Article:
Emotions still are running very high regarding George Zimmerman’s acquittal for killing Trayvon Martin. While frequently the federal government has stepped in when a state court has freed suspects in cases that seemed to be hate-crime-based, much more often, it has decided not to do so, and all of the emotions and sense of injustice connected to the situation have not done any good.
Thus, our collective hopes of federal intervention should be tempered and diligent. The Martin case may not be as legally equivalent to the Rodney King affair as many of us might think, and all that may be done in the case may have already occurred.
Several weeks have already passed since the Zimmerman verdict, and there has not been a definitive position yet taken by the Justice Department on whether it will file criminal civil rights charges against Zimmerman. That’s neither a positive nor a negative, since the Justice Department regularly takes from six months to two years before making and announcing such decisions.
But it is very clear that the Trayvon Martin case will be brought into the conversation next week during the 50th anniversary of the 1963 March on Washington and Dr. King’s now-world famous, “I Have a Dream” speech. Certainly, American society has not yet reached the stage of evaluating its Black citizens mainly by the “content of their character, and not the color of their skin,” as urged by Dr. King, particularly Black youth, and there will be much preachifying and testifying about that situation.
But will the Department of Justice take advantage of the surroundings and announce a decision during the celebrations? Maybe, but most likely, maybe not.
In the relatively recent past, there have been other cases to consider, including two just as puzzling as the Martin case, at least one of which occurred on Eric Holder’s watch.
In 1991, pre-Holder, Soon Ja Du, a Korean-American grocer, was charged in state court with second degree murder/manslaughter for shooting Black teenager Latasha Harlins. Du claimed self-defense and said Harlins was violent and had threatened her because Du had accused Harlins of trying to steal a bottle of orange juice. Du was convicted of voluntary manslaughter, but only received probation and community service as punishment. The community rose up in protest, and the Justice Department looked into it, but demurred in bringing any federal charges against Du.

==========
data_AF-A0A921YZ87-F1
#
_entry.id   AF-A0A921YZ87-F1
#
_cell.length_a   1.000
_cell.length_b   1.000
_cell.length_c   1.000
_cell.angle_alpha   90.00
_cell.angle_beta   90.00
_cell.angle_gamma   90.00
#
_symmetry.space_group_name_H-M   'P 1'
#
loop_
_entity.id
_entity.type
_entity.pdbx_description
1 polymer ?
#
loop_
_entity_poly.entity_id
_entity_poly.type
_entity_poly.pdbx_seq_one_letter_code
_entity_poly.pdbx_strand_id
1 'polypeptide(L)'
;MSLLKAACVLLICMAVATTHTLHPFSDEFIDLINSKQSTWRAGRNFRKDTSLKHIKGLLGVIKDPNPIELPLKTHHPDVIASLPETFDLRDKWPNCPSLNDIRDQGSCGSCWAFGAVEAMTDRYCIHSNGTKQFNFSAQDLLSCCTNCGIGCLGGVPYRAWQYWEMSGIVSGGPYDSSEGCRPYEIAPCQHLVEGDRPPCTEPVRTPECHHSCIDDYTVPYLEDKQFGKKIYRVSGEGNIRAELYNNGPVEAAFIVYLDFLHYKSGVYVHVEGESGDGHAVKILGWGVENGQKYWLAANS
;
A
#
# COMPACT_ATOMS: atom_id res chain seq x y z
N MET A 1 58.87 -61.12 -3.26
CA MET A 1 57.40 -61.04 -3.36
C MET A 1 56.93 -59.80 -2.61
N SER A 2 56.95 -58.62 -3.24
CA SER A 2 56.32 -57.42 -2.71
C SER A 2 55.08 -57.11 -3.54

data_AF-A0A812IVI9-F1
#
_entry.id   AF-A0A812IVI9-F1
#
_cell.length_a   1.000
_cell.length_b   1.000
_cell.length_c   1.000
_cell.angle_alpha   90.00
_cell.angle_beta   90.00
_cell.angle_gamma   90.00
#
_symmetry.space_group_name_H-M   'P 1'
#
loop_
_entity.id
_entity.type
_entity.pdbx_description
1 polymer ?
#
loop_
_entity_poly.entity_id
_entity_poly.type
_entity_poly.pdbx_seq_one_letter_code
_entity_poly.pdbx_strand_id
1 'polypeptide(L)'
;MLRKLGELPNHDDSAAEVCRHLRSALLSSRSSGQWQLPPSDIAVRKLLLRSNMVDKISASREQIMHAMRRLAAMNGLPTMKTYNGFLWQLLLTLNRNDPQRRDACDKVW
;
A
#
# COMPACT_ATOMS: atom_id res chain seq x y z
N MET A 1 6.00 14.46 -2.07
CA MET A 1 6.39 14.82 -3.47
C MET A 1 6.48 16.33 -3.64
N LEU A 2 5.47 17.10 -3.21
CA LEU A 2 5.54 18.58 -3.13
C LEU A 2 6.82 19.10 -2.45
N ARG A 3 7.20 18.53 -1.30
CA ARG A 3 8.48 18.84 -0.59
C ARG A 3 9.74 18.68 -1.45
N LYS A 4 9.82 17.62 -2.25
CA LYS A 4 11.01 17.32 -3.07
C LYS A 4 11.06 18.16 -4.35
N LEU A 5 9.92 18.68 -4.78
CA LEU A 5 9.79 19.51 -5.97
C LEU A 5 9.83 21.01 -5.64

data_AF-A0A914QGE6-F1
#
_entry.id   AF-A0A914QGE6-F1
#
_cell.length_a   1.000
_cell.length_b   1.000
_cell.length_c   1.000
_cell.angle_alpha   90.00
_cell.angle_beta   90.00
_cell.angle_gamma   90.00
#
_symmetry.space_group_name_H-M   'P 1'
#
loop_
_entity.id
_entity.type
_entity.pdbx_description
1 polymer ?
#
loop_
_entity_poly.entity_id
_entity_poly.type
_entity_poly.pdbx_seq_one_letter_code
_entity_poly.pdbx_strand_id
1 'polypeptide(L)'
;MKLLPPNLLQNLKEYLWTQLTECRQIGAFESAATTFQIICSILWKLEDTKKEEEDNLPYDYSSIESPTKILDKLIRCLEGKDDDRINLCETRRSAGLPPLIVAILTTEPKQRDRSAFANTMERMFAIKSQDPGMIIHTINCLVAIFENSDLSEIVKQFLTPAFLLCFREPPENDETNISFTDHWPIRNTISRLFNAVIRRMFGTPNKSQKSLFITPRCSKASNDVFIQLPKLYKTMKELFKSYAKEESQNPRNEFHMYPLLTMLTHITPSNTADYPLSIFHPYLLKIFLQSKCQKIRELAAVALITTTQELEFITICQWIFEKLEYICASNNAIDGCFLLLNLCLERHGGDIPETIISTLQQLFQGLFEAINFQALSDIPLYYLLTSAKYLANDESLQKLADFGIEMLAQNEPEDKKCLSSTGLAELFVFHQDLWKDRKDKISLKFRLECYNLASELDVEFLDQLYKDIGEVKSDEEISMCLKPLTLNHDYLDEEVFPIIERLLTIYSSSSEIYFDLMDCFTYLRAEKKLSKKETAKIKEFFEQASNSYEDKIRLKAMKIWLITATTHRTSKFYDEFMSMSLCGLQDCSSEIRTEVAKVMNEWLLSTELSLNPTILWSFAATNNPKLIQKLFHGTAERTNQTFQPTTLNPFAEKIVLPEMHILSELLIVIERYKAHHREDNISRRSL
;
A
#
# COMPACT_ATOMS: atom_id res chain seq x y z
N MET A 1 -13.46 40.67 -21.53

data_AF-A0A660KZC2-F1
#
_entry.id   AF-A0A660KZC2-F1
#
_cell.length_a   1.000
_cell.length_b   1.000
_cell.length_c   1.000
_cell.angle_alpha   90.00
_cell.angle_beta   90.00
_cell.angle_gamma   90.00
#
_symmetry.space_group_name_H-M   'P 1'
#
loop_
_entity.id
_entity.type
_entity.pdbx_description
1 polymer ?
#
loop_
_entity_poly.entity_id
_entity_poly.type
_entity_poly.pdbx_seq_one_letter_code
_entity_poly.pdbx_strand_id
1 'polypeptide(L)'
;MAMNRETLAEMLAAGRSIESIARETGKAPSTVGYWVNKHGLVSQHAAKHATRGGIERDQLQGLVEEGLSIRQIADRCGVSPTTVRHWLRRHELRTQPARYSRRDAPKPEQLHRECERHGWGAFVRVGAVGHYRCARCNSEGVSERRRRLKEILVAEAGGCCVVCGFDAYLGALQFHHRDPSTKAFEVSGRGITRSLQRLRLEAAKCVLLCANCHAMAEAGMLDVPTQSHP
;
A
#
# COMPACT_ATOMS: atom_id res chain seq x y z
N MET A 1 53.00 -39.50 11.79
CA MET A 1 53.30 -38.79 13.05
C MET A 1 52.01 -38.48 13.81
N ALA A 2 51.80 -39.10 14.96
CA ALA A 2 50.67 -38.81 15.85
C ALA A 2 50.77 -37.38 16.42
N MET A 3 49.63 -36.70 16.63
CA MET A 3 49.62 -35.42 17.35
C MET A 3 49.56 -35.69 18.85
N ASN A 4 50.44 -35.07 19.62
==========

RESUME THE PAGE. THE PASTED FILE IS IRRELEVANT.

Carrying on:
In 2006, also pre-Holder, Sean Bell, a 23-year-old African American living in New York, and two friends, were driving away from Bell’s bachelor party in Queens, and were cut down by a fusillade of police fire—at least 50 bullets, according to evidence given. Bell and his friends were not armed, nor had they had an altercation with the police. According to the three officers charged in the case, it was thought that Bell and his party were about to commit a drive-by shooting, so the officers acted preemptively.
The three officers charged included one Hispanic, one Black American and one White policeman. The presiding judge dismissed the case, and the federal government, which did look into it, could not find a winnable civil rights violation case to lodge against the three. Three Black men dead, and no one held accountable.
In 2009, during Holder’s first year as attorney general, Oscar Grant, an unarmed 22-year-old African American, was shot in the back by a White transit cop as he lay face down on a subway station platform. For several days following the shooting, the policeman was neither arrested nor charged. Public outrage eventually forced official action, and the officer was brought to trial and convicted of involuntary manslaughter (he said he pulled his service revolver out, instead of the taser he intended to grab, and accidentally shot Grant). He was sentenced to two years imprisonment, but ended up serving only one year. The Justice Department promised an investigation into the case for possible civil rights violations, but has yet to announce a decision on whether to proceed with a federal charge or not.
The Justice Department under Eric Holder is a much more sensitive office regarding discrimination against Black and minority citizens. However, we should still not hold our breath nor expect too much in the Trayvon Martin case. There just may not be a strong enough legal leg to stand on for a federal prosecution.
We just may have to suck it up again, and keep on moving. As we have in the past . . . as we have in the past.
Professor David L. Horne is founder and executive director of PAPPEI, the Pan African Public Policy and Ethical Institute, which is a new 501(c)(3) pending community-based organization or non-governmental organization (NGO). It is the stepparent organization for the California Black Think Tank which still operates and which meets every fourth Friday.
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